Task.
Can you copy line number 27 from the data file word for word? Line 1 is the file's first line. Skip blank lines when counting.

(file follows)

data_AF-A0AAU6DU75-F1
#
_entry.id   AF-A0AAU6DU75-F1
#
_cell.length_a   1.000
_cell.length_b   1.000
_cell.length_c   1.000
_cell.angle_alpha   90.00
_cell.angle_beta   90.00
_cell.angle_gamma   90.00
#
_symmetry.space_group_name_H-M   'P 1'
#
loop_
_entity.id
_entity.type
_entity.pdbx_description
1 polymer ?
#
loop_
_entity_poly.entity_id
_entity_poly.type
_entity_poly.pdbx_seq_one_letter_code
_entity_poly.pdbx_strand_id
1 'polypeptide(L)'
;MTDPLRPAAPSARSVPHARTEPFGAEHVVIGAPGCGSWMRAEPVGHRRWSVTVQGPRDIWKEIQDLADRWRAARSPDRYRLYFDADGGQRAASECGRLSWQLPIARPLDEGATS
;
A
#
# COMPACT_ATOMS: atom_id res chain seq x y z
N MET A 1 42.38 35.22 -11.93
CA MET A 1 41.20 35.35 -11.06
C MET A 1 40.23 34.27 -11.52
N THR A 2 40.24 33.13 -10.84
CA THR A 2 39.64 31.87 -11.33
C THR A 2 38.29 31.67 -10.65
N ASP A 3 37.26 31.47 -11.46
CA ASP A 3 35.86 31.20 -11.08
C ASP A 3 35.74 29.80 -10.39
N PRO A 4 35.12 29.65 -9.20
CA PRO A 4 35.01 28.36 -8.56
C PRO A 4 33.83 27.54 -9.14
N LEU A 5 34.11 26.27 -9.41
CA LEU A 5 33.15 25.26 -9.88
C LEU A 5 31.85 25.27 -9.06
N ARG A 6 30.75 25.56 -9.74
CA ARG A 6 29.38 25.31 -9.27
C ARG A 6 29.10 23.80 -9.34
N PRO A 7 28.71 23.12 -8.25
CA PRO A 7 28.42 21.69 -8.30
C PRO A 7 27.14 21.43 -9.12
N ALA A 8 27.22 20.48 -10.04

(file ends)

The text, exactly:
;